Last Harbour – Lights

Last Harbour - Lights

Given their involvement in other musical operations (brave timbers, Anna Kashfi, Samson & Delilah), demanding day-jobs (including running Little Red Rabbit Records) and geographical dispersal, it’s somewhat remarkable that the members of Last Harbour continue to be so prolific and committed over ten years down the line.  It’s also gratifying that the band’s attention to craftsmanship continues to embolden with each release.  Admittedly though, the group’s dark muse isn’t open to everyone and at times a full-length Last Harbour LP can be intimidating to those with a passing interest or unconfirmed affection.  Thus, the ensemble is often best introduced through the EPs and mini-albums that have dispersed themselves in the Last Harbour discography over the years.  In fact, the likes of 2000’s Hidden Songs 7”, 2001’s An Empty Box Is My Heart mini-album and 2005’s October EP have also provided some of the group’s best material to date.  This latest lovingly-packaged mini-album – the 6-track Lights – can also be added to that illustrious and inviting list of Last Harbour wares.

Connected to last year’s ambitious Volo album, through the inclusion of its last two tracks (“Lights” itself and a remixed “If They’re Right”) and bolstered by four brand new tracks, the mini-LP captures Last Harbour’s distinct line in baroque rustic noire in a sustained subtle and serene mood; favouring melancholy over melodrama.  So whilst the opening title-track does reach a near-climatic crescendo, it doesn’t totally force itself upon us, leaving open inviting spaces for the ensuing songs to nuzzle inside warmly.  Hence, the alluring “Alone For The Winter” goes for an earthy simplicity worthy of Willard Grant Conspiracy’s most big-hearted moments, with also perhaps a hint of Neil Young at his most contented and countrified.  The fresh and possibly superior mix of “If They’re Right” follows with plaintive prettiness moving into restless discomfort and then back again.  The second triumvirate of tracks burrow even deeper into bittersweet beauty and invention; with “Boy In The Photograph” and “Animals Once More” being particularly blessed by Sarah Kemp’s intuitive violin-playing and “Be Happy Tonight” adding trailing ambient layers that provide an atypical sense of bliss, that extends into the backwards vocals and piano twinkling of the super-short hidden track which closes proceedings.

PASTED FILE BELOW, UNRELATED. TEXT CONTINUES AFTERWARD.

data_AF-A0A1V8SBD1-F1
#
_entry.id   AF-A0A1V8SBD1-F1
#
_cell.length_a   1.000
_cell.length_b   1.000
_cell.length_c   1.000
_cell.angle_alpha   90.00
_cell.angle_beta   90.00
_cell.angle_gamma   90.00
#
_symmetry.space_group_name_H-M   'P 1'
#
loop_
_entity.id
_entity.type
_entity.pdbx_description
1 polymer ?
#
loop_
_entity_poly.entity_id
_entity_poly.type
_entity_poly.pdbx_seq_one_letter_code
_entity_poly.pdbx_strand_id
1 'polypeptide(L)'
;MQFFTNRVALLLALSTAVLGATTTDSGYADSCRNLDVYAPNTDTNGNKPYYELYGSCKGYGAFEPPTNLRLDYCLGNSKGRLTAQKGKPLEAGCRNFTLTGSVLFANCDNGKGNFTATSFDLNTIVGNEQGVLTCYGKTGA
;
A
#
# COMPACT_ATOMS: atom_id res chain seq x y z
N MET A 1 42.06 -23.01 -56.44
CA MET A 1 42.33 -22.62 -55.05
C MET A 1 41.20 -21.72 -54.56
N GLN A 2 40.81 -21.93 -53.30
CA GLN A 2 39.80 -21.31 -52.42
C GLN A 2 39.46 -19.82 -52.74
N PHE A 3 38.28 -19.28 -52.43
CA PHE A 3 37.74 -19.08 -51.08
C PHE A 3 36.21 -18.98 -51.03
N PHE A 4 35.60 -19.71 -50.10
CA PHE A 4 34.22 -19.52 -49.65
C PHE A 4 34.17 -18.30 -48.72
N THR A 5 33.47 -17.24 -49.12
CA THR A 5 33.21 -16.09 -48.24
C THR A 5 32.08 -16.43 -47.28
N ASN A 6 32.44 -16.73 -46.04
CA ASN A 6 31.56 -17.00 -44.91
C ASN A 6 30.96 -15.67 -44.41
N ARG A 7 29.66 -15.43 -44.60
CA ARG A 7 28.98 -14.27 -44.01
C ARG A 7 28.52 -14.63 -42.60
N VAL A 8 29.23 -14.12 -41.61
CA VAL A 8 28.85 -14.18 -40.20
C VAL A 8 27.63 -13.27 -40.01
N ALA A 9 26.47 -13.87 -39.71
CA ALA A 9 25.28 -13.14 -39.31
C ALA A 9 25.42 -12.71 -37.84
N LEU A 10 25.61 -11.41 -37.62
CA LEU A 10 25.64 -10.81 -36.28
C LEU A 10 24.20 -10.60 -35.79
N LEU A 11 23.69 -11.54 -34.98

On the basis of this sterling 6-track suite, perhaps Last Harbour should even consider skipping the next few albums and go straight to the ‘what-would-have-been-in-between’ releases.  Whilst this might not be the most cost-effective and marketable means of releasing music, the self-proclaimed collective might eventually cut a mid-length shot of magic on par with the Palace Songs’ Hope, Neko Case’s Canadian Amp or Iron & Wine’s Woman King. Whilst they mull over what comes to follow though, this will more than suffice as an interlude collection.

Little Red Rabbit Records

Last HarbourIf They’re Right (J.T. Mix)